- Australian culture and slang — In Baz Luhrmann's Australia (2008), not only do you get to study a side of Australia many don't ever experience, the movie is great for tuning your ear to the Australian accent and picking up some Aussie slang in context.
While not interactive, the great thing about watching movies when you're learning English is that you can pause and replay to listen again to vocabulary, grammar patterns or pronunciation you didn't understand. Just make sure you write down your new vocabulary and expressions and then have a go at using them whenever you speak English.
There are a number of sites where you can (legally) download movies for free. The easiest is probably YouTube, but there are also great options with Kanopy and Open Culture. Netflix is also not overly expensive and there's always regular TV which you can record. Don't forget documentaries and news broadcasts either — they're both exceptional resources and often have clear pronunciation and accurate grammar.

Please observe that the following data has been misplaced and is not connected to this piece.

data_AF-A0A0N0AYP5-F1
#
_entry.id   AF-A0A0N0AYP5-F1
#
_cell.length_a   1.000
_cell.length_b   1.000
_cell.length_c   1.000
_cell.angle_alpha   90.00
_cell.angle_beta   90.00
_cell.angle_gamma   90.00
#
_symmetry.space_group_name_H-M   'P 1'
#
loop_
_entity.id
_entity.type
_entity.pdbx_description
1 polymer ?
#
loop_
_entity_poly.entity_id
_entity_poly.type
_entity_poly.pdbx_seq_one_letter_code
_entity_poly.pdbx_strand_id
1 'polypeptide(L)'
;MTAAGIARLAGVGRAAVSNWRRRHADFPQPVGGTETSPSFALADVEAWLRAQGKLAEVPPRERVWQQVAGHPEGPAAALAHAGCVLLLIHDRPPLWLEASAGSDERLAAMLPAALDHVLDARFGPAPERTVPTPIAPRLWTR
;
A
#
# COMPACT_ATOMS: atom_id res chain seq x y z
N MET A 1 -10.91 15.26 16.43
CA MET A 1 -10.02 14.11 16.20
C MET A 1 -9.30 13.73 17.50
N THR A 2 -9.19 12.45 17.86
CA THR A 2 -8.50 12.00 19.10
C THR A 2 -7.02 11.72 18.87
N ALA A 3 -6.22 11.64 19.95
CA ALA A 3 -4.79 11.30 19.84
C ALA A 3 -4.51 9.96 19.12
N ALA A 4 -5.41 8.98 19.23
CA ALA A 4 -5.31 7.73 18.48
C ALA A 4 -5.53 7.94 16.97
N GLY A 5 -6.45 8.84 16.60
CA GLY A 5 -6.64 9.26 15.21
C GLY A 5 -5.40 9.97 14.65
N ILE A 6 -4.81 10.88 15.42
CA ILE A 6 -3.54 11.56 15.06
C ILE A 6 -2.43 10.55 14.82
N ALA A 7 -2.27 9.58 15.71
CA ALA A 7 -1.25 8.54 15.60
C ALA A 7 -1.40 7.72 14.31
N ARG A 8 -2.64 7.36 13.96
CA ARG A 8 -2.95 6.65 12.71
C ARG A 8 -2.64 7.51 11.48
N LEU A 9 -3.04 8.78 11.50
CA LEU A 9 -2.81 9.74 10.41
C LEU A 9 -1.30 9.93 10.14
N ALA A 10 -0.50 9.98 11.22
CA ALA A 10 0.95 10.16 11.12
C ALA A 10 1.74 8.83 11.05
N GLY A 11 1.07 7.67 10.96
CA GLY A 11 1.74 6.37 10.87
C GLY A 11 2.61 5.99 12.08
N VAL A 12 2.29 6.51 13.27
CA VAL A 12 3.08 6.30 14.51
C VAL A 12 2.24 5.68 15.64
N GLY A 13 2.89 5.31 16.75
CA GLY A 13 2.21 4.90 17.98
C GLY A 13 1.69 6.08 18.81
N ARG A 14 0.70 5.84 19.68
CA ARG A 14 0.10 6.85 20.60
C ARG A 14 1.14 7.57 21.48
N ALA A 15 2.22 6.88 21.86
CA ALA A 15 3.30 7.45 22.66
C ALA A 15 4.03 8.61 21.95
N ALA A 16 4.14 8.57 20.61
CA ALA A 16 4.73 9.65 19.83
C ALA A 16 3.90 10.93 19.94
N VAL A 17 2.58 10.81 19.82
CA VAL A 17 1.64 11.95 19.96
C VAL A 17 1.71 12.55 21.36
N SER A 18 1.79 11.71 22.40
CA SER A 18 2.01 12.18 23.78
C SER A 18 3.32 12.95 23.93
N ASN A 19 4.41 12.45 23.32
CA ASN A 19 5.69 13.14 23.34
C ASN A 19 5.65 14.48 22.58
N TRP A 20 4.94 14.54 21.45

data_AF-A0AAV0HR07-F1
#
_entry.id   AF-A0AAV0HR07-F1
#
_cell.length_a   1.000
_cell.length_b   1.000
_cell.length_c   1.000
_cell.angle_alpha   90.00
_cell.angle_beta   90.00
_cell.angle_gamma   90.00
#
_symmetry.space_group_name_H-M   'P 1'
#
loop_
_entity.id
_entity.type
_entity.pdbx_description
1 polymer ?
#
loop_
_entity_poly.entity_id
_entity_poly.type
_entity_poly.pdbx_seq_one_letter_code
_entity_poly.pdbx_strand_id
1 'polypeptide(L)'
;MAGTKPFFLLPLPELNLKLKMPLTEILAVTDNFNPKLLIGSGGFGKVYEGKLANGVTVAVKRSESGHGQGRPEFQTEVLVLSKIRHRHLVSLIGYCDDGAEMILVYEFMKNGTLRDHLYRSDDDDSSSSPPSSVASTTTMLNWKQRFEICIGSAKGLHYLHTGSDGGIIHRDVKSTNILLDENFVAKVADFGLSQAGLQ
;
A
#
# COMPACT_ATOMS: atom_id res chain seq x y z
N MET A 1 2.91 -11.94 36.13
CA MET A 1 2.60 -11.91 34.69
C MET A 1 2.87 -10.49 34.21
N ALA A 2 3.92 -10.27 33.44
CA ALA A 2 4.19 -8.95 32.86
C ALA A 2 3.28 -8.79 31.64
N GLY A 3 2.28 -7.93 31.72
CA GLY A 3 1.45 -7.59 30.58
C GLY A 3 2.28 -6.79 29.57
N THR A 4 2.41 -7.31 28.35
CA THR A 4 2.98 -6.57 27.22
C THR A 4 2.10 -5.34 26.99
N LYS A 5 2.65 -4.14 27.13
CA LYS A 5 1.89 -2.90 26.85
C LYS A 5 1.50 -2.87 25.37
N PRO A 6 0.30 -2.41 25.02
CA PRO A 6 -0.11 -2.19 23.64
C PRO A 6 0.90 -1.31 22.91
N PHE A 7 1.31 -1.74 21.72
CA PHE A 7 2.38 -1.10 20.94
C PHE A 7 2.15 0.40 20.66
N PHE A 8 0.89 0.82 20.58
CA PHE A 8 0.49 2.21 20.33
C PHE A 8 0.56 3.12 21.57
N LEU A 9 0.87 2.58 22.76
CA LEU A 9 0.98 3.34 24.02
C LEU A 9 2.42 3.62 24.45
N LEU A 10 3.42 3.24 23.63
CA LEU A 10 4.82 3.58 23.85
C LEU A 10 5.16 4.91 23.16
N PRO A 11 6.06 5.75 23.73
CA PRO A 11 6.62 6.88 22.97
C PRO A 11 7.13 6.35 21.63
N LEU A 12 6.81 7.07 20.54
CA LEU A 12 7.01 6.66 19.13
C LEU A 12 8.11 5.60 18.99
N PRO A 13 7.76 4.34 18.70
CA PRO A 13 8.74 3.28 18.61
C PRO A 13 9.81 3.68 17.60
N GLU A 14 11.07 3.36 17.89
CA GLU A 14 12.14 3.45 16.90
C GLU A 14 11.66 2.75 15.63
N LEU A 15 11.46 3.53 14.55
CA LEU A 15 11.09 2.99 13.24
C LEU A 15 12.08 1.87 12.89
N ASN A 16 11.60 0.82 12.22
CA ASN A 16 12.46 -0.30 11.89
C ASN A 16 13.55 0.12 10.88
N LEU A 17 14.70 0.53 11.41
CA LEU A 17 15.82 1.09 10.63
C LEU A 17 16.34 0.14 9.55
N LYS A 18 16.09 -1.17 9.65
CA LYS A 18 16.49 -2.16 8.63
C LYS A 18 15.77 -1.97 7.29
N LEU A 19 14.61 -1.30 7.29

Really Improve Your Listening Comprehension with Radio Broadcasts
Music tends to be what we automatically associate with the radio. Certainly, listening to music can help improve your English vocabulary and, if you sing along to your favourite songs, your pronunciation and speaking fluency will get better. If you don't know the lyrics, you can usually download them online — and then you have some reading practice as well.
However, the radio isn't all about music. If you're learning English, don't disregard the humble radio — it's one of the best resources you'll have free access to.
Start by downloading the free English Radio app — giving you access to radio stations in the US, UK, Canada, Australia and Singapore. Apart from listening to radio broadcasts, there's also a chatroom where you can connect and speak with other students who are learning English.
Behind the News, though aimed at primary school children, is nevertheless a great program to listen to for its focused English and current news events that matter to our young people. There is also a downloadable transcript you can read while you are listening, or beforehand for extra practice.
With all reports spoken at a 'normal' pace, Radio Australia focuses on human interest stories as well as the arts. As with Behind the News, a transcript is available for download.